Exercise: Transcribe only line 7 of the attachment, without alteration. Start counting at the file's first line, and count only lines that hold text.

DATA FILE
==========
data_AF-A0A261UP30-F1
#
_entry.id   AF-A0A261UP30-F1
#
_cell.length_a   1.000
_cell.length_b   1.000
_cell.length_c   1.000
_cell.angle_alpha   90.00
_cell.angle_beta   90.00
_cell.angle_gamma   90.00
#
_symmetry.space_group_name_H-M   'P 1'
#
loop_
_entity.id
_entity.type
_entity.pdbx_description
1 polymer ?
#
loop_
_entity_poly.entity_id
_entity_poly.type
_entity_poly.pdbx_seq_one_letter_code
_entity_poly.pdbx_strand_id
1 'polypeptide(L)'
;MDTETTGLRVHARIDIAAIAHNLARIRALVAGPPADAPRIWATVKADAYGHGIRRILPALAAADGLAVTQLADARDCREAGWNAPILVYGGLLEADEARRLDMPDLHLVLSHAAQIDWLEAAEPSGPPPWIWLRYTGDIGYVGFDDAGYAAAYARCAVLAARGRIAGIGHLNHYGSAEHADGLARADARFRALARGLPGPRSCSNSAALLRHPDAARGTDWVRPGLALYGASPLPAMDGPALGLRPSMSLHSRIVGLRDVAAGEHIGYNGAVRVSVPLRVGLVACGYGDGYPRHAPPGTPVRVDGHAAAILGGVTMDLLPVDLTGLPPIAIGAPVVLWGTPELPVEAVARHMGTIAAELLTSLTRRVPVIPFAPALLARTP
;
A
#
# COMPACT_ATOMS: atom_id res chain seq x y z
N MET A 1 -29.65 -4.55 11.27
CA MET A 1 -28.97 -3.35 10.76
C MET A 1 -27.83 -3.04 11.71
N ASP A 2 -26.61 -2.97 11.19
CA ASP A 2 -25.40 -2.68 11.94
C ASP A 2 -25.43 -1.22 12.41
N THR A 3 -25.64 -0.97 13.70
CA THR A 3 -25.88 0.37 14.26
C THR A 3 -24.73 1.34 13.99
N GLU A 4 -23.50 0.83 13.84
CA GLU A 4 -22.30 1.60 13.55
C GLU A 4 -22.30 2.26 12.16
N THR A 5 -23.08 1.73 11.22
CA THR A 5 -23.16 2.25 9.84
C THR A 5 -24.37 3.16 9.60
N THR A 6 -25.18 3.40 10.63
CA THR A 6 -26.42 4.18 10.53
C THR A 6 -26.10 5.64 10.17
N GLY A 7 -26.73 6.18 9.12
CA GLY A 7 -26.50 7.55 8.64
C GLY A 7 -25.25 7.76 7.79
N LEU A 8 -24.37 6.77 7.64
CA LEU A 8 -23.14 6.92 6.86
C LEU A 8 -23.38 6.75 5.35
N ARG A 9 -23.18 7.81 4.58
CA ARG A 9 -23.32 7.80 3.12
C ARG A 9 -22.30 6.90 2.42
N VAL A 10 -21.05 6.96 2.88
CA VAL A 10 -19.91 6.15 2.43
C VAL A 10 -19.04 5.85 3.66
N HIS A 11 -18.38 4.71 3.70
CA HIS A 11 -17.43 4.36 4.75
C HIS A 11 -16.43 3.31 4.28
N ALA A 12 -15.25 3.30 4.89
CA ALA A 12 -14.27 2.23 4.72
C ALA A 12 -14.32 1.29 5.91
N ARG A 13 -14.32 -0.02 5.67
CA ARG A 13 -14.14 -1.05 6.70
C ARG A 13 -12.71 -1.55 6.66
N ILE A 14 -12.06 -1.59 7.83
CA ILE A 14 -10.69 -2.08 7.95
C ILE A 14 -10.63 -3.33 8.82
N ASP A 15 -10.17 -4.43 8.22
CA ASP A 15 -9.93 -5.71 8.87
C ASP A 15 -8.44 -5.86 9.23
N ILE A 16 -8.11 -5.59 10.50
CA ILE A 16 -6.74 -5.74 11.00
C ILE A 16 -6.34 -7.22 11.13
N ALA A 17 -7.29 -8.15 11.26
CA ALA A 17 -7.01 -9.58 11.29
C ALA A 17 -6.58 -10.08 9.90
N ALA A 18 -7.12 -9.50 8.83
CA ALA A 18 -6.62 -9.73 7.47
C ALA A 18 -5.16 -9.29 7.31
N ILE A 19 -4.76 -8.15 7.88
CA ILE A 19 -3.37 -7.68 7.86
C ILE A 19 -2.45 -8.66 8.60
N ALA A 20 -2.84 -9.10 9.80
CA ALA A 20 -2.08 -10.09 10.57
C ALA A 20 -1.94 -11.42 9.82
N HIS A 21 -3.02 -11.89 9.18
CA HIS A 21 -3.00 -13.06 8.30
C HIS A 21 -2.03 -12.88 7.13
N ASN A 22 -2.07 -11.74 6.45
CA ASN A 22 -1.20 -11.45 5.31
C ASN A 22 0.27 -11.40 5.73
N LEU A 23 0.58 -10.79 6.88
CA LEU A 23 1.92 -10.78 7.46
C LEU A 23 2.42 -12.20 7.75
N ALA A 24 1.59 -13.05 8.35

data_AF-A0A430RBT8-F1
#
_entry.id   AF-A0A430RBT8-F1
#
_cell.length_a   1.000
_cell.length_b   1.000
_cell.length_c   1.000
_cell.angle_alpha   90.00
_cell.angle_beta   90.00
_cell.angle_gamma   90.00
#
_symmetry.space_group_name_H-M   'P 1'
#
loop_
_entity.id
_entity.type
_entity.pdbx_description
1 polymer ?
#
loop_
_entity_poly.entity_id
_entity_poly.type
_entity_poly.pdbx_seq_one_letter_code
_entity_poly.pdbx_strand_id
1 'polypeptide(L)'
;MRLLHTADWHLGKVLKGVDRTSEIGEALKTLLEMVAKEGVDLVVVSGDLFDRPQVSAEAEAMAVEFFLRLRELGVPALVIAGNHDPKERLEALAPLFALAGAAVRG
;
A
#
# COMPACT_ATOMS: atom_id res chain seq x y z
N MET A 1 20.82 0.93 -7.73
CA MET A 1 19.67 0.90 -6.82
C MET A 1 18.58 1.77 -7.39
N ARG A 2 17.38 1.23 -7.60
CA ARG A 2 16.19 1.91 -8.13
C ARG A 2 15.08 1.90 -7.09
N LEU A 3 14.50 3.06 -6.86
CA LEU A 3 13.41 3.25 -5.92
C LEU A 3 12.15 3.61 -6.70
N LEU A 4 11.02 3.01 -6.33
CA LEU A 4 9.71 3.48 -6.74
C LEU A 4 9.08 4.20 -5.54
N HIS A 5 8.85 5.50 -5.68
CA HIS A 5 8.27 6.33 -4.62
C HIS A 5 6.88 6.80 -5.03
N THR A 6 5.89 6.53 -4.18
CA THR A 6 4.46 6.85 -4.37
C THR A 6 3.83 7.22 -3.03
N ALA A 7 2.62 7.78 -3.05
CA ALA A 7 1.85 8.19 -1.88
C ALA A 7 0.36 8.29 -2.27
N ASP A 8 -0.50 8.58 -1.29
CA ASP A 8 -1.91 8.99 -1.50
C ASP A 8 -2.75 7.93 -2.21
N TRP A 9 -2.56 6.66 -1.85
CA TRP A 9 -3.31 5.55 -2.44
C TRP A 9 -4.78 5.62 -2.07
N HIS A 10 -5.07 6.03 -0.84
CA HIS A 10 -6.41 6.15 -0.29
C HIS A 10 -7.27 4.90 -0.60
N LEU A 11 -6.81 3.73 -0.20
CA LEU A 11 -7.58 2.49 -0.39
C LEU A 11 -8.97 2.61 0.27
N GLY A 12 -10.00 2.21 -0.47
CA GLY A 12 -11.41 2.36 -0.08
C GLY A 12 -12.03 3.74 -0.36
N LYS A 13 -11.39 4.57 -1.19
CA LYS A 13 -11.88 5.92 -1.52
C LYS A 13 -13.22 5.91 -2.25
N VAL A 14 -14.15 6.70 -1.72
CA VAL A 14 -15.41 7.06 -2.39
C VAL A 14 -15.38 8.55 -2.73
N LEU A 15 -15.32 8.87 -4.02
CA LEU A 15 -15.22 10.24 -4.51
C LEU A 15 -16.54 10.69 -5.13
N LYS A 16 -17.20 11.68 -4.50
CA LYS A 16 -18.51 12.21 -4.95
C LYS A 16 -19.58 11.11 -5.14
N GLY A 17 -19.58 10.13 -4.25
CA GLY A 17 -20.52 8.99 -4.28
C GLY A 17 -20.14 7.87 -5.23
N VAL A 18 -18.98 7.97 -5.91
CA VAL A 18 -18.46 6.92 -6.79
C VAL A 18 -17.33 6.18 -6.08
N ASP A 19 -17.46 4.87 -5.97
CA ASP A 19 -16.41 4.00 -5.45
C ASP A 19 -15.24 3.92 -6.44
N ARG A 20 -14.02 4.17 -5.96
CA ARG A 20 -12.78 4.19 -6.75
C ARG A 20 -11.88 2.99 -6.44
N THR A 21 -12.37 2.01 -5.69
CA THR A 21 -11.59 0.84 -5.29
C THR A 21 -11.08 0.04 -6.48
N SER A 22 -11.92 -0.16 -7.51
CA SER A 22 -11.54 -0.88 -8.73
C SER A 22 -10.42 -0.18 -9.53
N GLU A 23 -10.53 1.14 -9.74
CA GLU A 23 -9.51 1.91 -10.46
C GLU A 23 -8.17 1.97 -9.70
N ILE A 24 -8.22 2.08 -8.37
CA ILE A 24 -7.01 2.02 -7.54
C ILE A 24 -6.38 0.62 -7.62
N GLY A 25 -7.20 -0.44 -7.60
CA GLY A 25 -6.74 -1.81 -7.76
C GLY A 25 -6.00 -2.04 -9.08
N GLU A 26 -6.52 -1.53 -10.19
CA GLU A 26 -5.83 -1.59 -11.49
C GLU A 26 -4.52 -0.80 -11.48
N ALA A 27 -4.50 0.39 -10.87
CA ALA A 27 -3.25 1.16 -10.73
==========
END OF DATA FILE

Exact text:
_cell.length_c   1.000